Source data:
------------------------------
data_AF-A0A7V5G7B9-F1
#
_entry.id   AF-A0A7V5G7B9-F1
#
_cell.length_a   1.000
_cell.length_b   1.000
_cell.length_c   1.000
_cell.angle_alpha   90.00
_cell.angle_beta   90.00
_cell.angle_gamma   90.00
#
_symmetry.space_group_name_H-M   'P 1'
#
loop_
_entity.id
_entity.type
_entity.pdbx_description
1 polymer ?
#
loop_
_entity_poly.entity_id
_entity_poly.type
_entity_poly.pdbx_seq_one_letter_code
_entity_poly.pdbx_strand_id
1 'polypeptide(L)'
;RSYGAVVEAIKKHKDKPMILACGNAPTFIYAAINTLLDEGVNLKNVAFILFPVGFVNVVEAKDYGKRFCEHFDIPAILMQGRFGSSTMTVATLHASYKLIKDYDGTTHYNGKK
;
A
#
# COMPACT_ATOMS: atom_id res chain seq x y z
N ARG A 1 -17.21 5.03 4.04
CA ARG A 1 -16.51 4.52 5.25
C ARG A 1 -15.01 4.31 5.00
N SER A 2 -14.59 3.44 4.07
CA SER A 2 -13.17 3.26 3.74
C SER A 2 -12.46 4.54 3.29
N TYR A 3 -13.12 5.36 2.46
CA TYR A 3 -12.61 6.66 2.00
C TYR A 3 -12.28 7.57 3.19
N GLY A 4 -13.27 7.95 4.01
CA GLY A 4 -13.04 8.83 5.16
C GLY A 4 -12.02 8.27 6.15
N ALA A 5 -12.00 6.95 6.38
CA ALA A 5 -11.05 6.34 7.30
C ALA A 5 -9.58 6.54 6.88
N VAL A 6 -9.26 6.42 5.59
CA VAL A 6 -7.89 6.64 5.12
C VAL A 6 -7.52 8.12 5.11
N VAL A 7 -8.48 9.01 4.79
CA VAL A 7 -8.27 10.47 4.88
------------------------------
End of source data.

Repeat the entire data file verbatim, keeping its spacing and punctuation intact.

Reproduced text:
data_AF-A0A7V5G7B9-F1
#
_entry.id   AF-A0A7V5G7B9-F1
#
_cell.length_a   1.000
_cell.length_b   1.000
_cell.length_c   1.000
_cell.angle_alpha   90.00
_cell.angle_beta   90.00
_cell.angle_gamma   90.00
#
_symmetry.space_group_name_H-M   'P 1'
#
loop_
_entity.id
_entity.type
_entity.pdbx_description
1 polymer ?
#
loop_
_entity_poly.entity_id
_entity_poly.type
_entity_poly.pdbx_seq_one_letter_code
_entity_poly.pdbx_strand_id
1 'polypeptide(L)'
;RSYGAVVEAIKKHKDKPMILACGNAPTFIYAAINTLLDEGVNLKNVAFILFPVGFVNVVEAKDYGKRFCEHFDIPAILMQGRFGSSTMTVATLHASYKLIKDYDGTTHYNGKK
;
A
#
# COMPACT_ATOMS: atom_id res chain seq x y z
N ARG A 1 -17.21 5.03 4.04
CA ARG A 1 -16.51 4.52 5.25
C ARG A 1 -15.01 4.31 5.00
N SER A 2 -14.59 3.44 4.07
CA SER A 2 -13.17 3.26 3.74
C SER A 2 -12.46 4.54 3.29
N TYR A 3 -13.12 5.36 2.46
CA TYR A 3 -12.61 6.66 2.00
C TYR A 3 -12.28 7.57 3.19
N GLY A 4 -13.27 7.95 4.01
CA GLY A 4 -13.04 8.83 5.16
C GLY A 4 -12.02 8.27 6.15
N ALA A 5 -12.00 6.95 6.38
CA ALA A 5 -11.05 6.34 7.30
C ALA A 5 -9.58 6.54 6.88
N VAL A 6 -9.26 6.42 5.59
CA VAL A 6 -7.89 6.64 5.12
C VAL A 6 -7.52 8.12 5.11
N VAL A 7 -8.48 9.01 4.79
CA VAL A 7 -8.27 10.47 4.88